Snow welcomed by certain small members of the animal kingdom
Published 9:00 am Saturday, January 6, 2018
My neighbor Crandall stops by.
“How are you doing?” I ask.
“Everything is nearly copacetic. I don’t think my refrigerator is keeping things cold enough. But that’s just water under the fridge. The holidays are a magical time. It made all of my money disappear, but my annual tradition of eating chocolate cake with ketchup on it keeps me going. It also causes my fitness tracker to send an ambulance to my house. My brother Chuckles was in mismanagement for some big financial company before deciding to follow his pipe dream. That’s why he’s a plumber. He gave me a huge angel food cake. I’m eating all the cake that I’m able. I need to put on some winter weight. I know that I am properly insulated when my abs turn into flabs.”
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The end of December brought the sounds of woodpeckers drumming on resonant wood to declare their territories. Listen for chickadees singing “fee-bee,” another sign of the days becoming longer. Increasing daylight causes the blue jay to sound its pump-handle call, sometimes called the “spelunker” call. I’ve been hearing the hooting courtship calls of great horned owls in the night. The calls are deep, soft hoots with a stuttering rhythm, “hoo-h’HOO-hoo-hoo.” The female is larger than her mate, but the male has the deeper voice.
I watched a northern harrier (once called a marsh hawk) hunt on the wing, coursing in a wobbly manner low over the ground. It was likely searching for voles. Unlike other hawks, it relies on a sense of hearing as well as vision to capture prey. The northern harrier is a long-tailed hawk with a white rump patch. It nests on the ground.
It was cold. I tossed out an ear of corn and a fox squirrel picked it up and bounded away through the snow. That made me happy in a way that defied explanation. Each day brings a richness and a newness.
Snow fell. I could almost hear a miniature world applauding. Animals can’t let snow keep them from getting to work. The subnivean zone is the area between the surface of the ground and the bottom of the snowpack. The word subnivean means under the snow. Mice, voles and shrews retreat there for protection from cold temperatures and predators. At a time when food is scarce, it’s available in that humid habitat with grass, leaves, seeds, bark and insects on the menu. Below the snow, tiny mammals create long tunnel systems. Six inches of snow acts as a sturdy roof over generous living quarters and provides relatively stable temperatures around 32 degrees regardless of the air temperature.
Because of their extraordinarily fast metabolic rate, shrews must feed voraciously. The saliva of the short-tailed shrew is venomous and its bite can subdue or kill larger prey such as mice and voles. Shrews also feed upon beetles, centipedes, earthworms, snails, slugs, spiders, fungi and vegetable matter.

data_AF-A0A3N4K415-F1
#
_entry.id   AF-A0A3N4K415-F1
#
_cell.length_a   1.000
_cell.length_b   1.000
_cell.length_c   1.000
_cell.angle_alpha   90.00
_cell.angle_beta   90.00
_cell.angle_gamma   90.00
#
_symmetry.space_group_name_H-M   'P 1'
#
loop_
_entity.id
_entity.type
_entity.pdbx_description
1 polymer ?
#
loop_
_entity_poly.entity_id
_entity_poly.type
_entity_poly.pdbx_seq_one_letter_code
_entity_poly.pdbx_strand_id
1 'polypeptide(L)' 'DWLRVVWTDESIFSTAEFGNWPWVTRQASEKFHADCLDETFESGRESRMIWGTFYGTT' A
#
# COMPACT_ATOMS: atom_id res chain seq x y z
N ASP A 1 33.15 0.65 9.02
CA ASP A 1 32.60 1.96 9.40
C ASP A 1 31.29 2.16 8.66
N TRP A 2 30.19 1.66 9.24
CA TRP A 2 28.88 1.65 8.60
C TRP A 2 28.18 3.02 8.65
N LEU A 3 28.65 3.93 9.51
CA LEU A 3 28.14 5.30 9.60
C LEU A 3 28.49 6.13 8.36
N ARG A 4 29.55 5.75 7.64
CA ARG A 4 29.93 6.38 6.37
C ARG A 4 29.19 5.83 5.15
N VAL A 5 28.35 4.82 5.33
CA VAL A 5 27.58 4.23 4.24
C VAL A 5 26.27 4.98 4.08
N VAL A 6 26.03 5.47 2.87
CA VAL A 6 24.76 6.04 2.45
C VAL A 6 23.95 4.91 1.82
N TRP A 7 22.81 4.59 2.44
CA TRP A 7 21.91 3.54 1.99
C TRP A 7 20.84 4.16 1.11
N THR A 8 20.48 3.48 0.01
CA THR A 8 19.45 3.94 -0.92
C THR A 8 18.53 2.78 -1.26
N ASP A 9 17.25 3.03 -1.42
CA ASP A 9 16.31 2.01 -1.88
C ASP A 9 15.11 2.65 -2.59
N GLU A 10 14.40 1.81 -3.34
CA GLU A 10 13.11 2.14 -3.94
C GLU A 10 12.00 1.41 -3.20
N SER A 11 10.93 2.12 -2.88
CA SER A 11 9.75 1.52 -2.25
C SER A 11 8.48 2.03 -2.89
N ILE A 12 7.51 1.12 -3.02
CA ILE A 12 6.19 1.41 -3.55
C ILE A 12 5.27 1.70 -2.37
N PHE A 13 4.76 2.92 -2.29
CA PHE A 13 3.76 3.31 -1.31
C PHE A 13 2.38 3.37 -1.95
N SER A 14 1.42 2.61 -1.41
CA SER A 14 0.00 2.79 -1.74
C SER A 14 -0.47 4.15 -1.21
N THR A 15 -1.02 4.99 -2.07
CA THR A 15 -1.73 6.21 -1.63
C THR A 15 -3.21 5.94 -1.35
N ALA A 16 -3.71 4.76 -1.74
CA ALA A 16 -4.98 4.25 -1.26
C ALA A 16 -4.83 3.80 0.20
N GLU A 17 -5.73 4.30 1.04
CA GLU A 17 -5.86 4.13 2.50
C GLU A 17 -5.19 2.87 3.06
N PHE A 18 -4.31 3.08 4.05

A small flock of horned larks and a rooster pheasant fed on the road not far from our mailbox. Horned larks are social birds that feed on open ground like roadsides. They prefer fields with short or little vegetation. A horned lark is roughly the same color and size as a clod of dirt. It has a lovely pale yellow face with a black mask, cap, ear tufts (horns) and tail. It’s rusty brown above with white underparts. From late winter into summer, I hear their high-pitched, thin, tinkling songs, often given in flight. They forage for food on bare ground, feeding on insects, spiders, snails, berries, fruits and seeds. The birds bring a beauty to blustery winter days.
“How is it determined when a lake has become iced in?” Ice-in can be difficult to determine. It occurs when a lake is completely or nearly covered (90 percent) with ice. A lake can freeze and thaw multiple times.
“Do barred owls migrate?” Barred owls not only don’t migrate, they seldom travel far from home. They eat voles, rabbits, mice, squirrels, chipmunks, birds, amphibians, reptiles and fish. Many kind readers have sent me photos of barred owls perched upon shepherd’s hooks or other posts holding bird feeders. This owl hunts from elevated perches, using its sight and hearing to scan for prey. They swallow small prey whole and large prey in pieces, typically eating the head first. They will cache prey to eat later.
“What is the most numerous bird in the world?” It’s probably the domestic chicken.
“What kind of a bird is a gawker?” It’s a rarely heard nickname for the northern flicker. I suspect it was given in order to imitate the bird’s call. Other nicknames include: Yellowhammer, high-holer, gaffer woodpecker, harry-wicket, heigh-ho, wake-up, walk-up, wick-up, yarrup and cottontail.
Look for snow that blinks
Jamie Tenneson and her son, Friederich, of Clarks Grove spotted a snowy owl near Highway 26 between Hayward and Hollandale. Brandon Kroeger of New Richland has been seeing a snowy owl west of that fine city.
Thanks for stopping by
“We are nature. We are nature seeing nature. The red-winged blackbird flies in us.” — Susan Griffin
“Whenever you fall, pick something up.“ — Oswald Avery
Al Batt of Hartland is a member of the Albert Lea Audubon Society. Email him at SnoEowl@aol.com.